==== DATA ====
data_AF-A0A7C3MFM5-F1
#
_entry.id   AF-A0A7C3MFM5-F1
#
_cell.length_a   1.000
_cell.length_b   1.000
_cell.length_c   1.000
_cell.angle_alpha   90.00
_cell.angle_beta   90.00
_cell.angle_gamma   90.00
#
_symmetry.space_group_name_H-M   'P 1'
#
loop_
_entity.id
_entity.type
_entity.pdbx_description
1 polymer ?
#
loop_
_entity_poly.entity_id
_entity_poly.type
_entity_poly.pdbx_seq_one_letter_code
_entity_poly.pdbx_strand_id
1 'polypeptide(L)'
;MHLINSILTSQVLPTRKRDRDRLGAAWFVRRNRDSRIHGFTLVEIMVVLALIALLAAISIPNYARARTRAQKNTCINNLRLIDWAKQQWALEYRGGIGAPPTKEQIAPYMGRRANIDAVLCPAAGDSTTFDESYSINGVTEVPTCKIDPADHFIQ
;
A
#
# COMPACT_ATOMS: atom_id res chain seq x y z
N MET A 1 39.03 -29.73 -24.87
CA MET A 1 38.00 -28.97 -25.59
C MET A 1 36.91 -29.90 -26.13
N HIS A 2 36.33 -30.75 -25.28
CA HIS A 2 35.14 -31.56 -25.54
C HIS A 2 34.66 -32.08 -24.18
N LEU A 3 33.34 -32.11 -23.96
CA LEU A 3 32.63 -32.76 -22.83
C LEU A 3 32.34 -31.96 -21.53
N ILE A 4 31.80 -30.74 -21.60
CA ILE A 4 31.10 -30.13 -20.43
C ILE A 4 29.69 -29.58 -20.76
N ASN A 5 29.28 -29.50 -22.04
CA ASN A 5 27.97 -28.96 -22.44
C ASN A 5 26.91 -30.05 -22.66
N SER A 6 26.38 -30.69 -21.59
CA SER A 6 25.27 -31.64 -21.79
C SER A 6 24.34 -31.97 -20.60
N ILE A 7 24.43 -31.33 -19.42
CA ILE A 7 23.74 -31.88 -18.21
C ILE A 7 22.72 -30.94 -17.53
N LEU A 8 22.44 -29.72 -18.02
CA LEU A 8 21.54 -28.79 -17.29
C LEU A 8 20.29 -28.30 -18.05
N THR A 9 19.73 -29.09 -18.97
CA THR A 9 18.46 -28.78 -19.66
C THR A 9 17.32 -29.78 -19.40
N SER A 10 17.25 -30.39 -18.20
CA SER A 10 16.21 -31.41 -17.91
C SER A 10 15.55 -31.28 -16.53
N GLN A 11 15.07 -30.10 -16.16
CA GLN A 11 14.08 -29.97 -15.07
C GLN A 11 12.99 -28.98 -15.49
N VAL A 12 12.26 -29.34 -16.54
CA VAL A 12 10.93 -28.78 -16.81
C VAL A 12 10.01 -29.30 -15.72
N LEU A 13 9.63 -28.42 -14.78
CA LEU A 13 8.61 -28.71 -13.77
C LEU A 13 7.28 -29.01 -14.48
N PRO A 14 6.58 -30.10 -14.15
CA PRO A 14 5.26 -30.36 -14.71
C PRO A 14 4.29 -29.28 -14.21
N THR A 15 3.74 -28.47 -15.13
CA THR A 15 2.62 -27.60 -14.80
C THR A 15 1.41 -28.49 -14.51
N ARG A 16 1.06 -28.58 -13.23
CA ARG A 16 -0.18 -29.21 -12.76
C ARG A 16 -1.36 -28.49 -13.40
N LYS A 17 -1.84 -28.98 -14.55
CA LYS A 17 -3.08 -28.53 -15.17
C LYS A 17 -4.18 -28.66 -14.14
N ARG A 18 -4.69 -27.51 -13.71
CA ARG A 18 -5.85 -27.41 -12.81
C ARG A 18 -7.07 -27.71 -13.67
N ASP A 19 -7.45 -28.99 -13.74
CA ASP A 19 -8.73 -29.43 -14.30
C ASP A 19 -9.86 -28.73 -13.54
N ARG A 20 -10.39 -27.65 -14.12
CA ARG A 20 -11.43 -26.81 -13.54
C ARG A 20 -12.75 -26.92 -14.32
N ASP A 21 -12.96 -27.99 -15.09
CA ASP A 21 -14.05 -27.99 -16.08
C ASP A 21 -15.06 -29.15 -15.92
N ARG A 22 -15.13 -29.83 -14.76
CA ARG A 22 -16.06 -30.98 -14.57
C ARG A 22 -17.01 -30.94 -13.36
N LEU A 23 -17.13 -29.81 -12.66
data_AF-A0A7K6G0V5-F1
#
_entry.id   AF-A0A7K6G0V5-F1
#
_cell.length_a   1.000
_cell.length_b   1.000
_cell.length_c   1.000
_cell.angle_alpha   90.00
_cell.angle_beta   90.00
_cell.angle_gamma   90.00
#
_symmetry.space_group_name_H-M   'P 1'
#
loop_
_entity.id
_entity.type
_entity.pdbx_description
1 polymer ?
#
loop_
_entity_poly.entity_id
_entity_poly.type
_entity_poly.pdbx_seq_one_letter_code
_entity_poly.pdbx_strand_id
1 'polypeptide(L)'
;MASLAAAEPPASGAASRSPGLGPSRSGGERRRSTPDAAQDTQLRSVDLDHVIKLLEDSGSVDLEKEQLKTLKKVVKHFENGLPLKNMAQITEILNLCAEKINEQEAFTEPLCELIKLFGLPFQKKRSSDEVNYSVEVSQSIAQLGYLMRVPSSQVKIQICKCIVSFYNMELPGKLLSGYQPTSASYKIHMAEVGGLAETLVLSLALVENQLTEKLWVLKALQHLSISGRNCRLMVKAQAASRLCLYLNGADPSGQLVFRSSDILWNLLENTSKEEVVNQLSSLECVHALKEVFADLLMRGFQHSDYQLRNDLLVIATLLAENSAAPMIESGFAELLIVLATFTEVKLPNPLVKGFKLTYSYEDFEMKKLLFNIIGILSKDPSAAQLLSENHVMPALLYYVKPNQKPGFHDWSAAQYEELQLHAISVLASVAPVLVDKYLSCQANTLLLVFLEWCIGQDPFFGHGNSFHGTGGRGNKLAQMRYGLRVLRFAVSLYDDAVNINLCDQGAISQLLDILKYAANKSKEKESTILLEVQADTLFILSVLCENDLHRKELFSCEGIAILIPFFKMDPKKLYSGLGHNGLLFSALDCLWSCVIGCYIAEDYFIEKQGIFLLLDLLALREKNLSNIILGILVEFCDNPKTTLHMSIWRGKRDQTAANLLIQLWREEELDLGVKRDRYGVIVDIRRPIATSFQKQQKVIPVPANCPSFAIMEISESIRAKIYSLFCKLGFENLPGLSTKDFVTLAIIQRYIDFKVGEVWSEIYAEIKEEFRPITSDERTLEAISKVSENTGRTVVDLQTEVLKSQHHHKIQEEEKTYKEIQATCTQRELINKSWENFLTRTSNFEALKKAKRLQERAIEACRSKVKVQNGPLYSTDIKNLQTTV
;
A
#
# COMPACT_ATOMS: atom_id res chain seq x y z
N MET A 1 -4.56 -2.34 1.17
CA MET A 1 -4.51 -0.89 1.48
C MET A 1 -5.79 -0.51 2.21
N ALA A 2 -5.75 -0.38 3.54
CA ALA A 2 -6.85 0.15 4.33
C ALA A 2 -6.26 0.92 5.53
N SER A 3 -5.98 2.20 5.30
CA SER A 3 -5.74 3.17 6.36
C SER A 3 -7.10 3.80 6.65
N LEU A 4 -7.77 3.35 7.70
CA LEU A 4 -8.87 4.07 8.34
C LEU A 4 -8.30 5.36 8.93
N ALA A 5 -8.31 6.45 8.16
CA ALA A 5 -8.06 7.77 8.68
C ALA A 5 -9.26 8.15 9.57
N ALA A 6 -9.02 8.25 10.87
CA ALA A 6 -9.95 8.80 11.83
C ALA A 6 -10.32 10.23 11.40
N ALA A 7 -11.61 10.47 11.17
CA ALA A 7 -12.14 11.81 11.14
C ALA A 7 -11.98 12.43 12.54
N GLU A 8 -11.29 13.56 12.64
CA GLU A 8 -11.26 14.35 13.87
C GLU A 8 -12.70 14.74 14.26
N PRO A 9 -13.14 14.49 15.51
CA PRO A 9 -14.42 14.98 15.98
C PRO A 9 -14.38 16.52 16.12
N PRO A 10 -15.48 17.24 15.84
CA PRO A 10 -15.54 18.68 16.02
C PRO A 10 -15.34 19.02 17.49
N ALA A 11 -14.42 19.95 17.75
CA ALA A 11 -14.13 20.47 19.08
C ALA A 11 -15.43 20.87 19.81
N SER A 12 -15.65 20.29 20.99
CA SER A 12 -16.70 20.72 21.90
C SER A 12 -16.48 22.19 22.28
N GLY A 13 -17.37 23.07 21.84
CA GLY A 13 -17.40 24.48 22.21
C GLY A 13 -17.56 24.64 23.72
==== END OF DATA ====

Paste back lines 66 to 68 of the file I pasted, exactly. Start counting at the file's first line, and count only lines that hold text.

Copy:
C VAL A 12 10.01 -29.30 -15.72
N LEU A 13 9.63 -28.42 -14.78
CA LEU A 13 8.61 -28.71 -13.77